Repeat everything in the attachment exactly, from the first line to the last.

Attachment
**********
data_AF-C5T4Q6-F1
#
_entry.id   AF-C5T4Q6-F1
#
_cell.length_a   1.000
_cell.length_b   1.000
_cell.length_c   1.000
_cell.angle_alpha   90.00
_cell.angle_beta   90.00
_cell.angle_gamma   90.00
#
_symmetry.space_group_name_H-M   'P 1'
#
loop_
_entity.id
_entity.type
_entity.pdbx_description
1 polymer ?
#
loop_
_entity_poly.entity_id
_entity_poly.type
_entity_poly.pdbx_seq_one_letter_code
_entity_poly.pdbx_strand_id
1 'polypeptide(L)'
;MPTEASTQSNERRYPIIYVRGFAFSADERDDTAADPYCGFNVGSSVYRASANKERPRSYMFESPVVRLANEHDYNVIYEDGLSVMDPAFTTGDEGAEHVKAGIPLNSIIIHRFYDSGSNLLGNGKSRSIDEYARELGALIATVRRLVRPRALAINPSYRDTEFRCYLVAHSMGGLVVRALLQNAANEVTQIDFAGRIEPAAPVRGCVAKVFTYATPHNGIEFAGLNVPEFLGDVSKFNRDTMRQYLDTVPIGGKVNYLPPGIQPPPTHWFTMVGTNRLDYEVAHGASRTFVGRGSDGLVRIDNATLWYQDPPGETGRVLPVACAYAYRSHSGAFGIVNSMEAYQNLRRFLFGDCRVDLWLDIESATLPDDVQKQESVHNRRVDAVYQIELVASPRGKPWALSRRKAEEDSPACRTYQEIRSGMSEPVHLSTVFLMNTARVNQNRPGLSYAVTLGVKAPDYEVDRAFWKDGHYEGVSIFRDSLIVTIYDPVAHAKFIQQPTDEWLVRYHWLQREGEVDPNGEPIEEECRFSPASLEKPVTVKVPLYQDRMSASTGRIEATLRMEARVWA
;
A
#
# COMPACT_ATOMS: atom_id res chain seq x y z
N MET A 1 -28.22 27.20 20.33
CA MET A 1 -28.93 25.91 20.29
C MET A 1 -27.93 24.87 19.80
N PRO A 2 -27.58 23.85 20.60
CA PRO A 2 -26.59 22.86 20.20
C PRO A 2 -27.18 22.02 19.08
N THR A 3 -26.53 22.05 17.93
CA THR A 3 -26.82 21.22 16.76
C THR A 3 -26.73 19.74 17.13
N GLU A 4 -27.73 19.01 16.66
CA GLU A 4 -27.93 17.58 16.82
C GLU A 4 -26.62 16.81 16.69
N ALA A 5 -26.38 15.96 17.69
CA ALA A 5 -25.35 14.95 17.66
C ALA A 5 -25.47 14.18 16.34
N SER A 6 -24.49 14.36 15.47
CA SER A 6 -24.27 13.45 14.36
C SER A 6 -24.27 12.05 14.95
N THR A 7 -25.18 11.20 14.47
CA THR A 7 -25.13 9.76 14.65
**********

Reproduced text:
data_AF-C5T4Q6-F1
#
_entry.id   AF-C5T4Q6-F1
#
_cell.length_a   1.000
_cell.length_b   1.000
_cell.length_c   1.000
_cell.angle_alpha   90.00
_cell.angle_beta   90.00
_cell.angle_gamma   90.00
#
_symmetry.space_group_name_H-M   'P 1'
#
loop_
_entity.id
_entity.type
_entity.pdbx_description
1 polymer ?
#
loop_
_entity_poly.entity_id
_entity_poly.type
_entity_poly.pdbx_seq_one_letter_code
_entity_poly.pdbx_strand_id
1 'polypeptide(L)'
;MPTEASTQSNERRYPIIYVRGFAFSADERDDTAADPYCGFNVGSSVYRASANKERPRSYMFESPVVRLANEHDYNVIYEDGLSVMDPAFTTGDEGAEHVKAGIPLNSIIIHRFYDSGSNLLGNGKSRSIDEYARELGALIATVRRLVRPRALAINPSYRDTEFRCYLVAHSMGGLVVRALLQNAANEVTQIDFAGRIEPAAPVRGCVAKVFTYATPHNGIEFAGLNVPEFLGDVSKFNRDTMRQYLDTVPIGGKVNYLPPGIQPPPTHWFTMVGTNRLDYEVAHGASRTFVGRGSDGLVRIDNATLWYQDPPGETGRVLPVACAYAYRSHSGAFGIVNSMEAYQNLRRFLFGDCRVDLWLDIESATLPDDVQKQESVHNRRVDAVYQIELVASPRGKPWALSRRKAEEDSPACRTYQEIRSGMSEPVHLSTVFLMNTARVNQNRPGLSYAVTLGVKAPDYEVDRAFWKDGHYEGVSIFRDSLIVTIYDPVAHAKFIQQPTDEWLVRYHWLQREGEVDPNGEPIEEECRFSPASLEKPVTVKVPLYQDRMSASTGRIEATLRMEARVWA
;
A
#
# COMPACT_ATOMS: atom_id res chain seq x y z
N MET A 1 -28.22 27.20 20.33
CA MET A 1 -28.93 25.91 20.29
C MET A 1 -27.93 24.87 19.80
N PRO A 2 -27.58 23.85 20.60
CA PRO A 2 -26.59 22.86 20.20
C PRO A 2 -27.18 22.02 19.08
N THR A 3 -26.53 22.05 17.93
CA THR A 3 -26.82 21.22 16.76
C THR A 3 -26.73 19.74 17.13
N GLU A 4 -27.73 19.01 16.66
CA GLU A 4 -27.93 17.58 16.82
C GLU A 4 -26.62 16.81 16.69
N ALA A 5 -26.38 15.96 17.69
CA ALA A 5 -25.35 14.95 17.66
C ALA A 5 -25.47 14.18 16.34
N SER A 6 -24.49 14.36 15.47
CA SER A 6 -24.27 13.45 14.36
C SER A 6 -24.27 12.05 14.95
N THR A 7 -25.18 11.20 14.47
CA THR A 7 -25.13 9.76 14.65